The Security Council called for life-saving assistance and safe evacuation for the Palestinians, protection for the refugees, and humanitarian access to the camp — and said it will look into further measures to help achieve this.

The council also condemned “the grave crimes” committed by the Islamic State group and al-Qaeda-affiliate al-Nusra Front – which reportedly aided the IS assault – against civilians in Yarmouk, and said their crimes must not go unpunished. IS and Nusra have fought bloody battles against each other in other parts of Syria, but appear to be cooperating in the attack on Yarmouk.

Nusra said in a statement it is taking a neutral stance in the camp.

The United Nations says the civilians trapped in Yarmouk include a large number of children. The camp has been under government siege for nearly two years, leading to starvation and illnesses. The camp also has witnessed several rounds of ferocious and deadly fighting between government forces and anti-Assad militants.

After heavy fighting on Sunday, sporadic clashes broke out on Monday in the camp, according to Hatem al-Dimashqi, an activist based in an area just south of Damascus, and the Britain-based Syrian Observatory for Human Rights. Both al-Dimashqi and the Observatory said Syrian government aircraft have been shelling the camp and dropping barrel bombs since Sunday.

The fighting inside the camp has largely pitted the Islamic State group against Aknaf Beit al-Maqdis, a Palestinian faction opposed to Syrian President Bashar Assad. Observatory director Rami Abdurrahman estimated that the Islamic State group now controls as much as 90 percent of Yarmouk, slowly squeezing out Aknaf Beit al-Maqdis.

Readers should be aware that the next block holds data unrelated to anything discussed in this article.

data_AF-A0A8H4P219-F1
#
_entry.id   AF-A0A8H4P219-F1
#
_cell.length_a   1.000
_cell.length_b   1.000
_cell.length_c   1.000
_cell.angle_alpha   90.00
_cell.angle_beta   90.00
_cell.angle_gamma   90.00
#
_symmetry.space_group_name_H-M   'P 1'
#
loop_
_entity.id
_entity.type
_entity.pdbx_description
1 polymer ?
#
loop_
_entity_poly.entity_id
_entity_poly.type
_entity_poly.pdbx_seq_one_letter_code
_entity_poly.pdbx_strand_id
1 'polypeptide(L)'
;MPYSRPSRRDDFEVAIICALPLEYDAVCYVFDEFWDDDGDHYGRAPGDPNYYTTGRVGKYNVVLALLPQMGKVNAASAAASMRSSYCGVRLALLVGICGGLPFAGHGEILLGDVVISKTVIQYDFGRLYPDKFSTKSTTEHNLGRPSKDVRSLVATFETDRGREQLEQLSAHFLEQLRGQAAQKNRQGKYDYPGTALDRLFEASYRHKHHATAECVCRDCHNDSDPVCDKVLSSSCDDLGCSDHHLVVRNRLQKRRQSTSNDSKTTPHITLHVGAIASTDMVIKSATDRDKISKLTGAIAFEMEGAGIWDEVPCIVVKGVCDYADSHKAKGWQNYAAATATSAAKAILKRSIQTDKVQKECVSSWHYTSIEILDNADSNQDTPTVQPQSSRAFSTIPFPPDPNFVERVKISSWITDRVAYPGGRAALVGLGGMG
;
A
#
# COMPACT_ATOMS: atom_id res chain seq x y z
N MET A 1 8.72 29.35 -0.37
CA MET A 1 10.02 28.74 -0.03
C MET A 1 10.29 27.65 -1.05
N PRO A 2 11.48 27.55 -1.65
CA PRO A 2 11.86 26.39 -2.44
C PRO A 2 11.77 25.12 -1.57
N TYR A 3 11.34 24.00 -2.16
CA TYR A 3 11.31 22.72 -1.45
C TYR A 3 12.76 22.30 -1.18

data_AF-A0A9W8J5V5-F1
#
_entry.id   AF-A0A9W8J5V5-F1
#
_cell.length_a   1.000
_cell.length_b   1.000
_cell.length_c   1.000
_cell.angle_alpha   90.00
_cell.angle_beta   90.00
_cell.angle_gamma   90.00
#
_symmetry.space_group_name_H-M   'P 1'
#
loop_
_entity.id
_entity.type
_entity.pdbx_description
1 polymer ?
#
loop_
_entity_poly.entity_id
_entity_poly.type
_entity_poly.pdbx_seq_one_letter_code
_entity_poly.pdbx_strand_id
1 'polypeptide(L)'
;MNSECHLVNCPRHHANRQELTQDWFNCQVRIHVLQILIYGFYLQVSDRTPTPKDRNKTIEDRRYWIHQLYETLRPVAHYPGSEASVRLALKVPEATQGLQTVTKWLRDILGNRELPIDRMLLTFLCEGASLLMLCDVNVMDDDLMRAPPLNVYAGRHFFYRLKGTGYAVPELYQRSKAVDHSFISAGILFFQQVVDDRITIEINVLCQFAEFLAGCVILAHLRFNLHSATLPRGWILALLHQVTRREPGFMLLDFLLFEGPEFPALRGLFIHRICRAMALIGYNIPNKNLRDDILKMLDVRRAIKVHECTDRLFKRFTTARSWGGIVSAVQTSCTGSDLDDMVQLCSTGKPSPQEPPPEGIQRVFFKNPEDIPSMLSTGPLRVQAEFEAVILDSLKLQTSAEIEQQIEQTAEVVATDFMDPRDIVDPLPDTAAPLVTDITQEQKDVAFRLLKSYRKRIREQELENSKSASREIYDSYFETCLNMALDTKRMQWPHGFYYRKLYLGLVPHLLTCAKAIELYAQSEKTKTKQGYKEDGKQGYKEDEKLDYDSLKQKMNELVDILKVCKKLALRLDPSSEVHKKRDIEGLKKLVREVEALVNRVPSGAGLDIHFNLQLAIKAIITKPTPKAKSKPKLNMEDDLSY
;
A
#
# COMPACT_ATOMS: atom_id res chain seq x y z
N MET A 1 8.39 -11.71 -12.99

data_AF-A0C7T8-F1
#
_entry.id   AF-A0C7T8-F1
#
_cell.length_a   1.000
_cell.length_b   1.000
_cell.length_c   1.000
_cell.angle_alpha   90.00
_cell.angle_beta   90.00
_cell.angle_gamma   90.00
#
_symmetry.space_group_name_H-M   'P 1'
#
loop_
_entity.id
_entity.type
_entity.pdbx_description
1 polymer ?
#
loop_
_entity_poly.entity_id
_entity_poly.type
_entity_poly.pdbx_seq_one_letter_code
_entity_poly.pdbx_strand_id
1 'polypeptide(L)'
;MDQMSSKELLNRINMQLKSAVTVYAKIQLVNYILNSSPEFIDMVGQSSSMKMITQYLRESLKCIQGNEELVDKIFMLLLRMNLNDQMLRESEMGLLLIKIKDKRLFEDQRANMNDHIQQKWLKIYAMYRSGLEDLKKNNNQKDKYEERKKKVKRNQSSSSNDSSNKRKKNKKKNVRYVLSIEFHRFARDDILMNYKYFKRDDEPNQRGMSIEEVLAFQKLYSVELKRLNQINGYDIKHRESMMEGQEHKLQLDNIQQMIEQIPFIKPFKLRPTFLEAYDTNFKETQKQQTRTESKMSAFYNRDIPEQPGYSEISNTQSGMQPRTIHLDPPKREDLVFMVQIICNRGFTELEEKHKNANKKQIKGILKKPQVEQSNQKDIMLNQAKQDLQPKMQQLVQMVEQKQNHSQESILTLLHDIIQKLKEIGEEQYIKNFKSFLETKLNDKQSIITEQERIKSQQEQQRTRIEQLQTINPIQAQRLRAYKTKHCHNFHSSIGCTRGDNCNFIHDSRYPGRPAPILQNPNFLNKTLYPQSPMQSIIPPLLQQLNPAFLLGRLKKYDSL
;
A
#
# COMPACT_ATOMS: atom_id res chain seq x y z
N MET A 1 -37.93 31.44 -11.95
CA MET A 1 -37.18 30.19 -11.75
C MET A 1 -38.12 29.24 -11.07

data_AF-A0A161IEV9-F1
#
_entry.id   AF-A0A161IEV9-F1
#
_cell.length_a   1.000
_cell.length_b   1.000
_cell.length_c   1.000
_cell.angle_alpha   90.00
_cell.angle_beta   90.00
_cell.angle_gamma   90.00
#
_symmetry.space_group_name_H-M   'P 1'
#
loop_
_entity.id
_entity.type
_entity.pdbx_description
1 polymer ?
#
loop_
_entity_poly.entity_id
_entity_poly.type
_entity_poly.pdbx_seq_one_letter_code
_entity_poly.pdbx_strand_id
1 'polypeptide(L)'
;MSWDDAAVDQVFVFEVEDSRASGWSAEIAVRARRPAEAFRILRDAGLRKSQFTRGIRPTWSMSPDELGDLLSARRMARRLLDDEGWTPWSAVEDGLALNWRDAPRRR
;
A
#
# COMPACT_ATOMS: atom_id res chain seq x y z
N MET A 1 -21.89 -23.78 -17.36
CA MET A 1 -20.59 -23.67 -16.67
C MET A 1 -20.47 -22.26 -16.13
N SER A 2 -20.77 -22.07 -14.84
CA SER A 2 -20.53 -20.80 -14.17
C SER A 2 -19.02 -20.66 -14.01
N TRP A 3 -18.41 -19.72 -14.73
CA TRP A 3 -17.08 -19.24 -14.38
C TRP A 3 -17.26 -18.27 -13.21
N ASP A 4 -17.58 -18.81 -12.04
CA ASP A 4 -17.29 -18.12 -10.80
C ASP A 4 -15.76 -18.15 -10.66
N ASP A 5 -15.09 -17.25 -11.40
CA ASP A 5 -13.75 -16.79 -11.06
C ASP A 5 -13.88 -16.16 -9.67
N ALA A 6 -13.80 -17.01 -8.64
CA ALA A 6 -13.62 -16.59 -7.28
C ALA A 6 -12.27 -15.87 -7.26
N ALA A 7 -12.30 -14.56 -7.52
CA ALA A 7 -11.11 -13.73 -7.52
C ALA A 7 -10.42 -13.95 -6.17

Krahenbuhl said the situation in Yarmouk “is more desperate than ever” as the result of the sudden upsurge in fighting by probably half a dozen opposition groups and some groups supporting the Syrian government.

He urged political and religious leaders with influence on the combatants to pressure them to observe international human rights and humanitarian law which requires protection of civilians.

The Palestinian UN Ambassador Riyad Mansour urged the council to take action to ensure safe passage for the besieged refugees and appealed to all nations to help them relocate to safer areas in Syria or in other countries.

Mansour said about 2,000 of the estimated 18,000 refugees in Yarmouk had made it to safety on their own.

The Gaza-based terror group Hamas criticized the Palestinian Authority on Sunday for failing to help Palestinian refugees living in Syria,

UNRWA spokesman Chris Gunness told The Associated Press in Barcelona late Sunday that the agency has not been able to send any food or convoys into the camp since the fighting started.

“That means that there is no food, there is no water and there is very little medicine,” he said. “The situation in the camp is beyond inhumane. People are holed up in their houses, there is fighting going on in the streets. There are reports of … bombardments. This has to stop and civilians must be evacuated.”

He said 93 people have been evacuated from the camp so far.

“Things were bad and things got worse when the fighting engulfed the camp,” Gunness said.

US State Department spokeswoman Marie Harf, speaking to reporters in Washington, condemned the Islamic State’s attack in Yarmouk.

“They’ve left the population on the brink of a humanitarian catastrophe,” she said. “We are calling on all parties of the conflict to allow regular, uninterrupted humanitarian access to the population in Yarmouk.”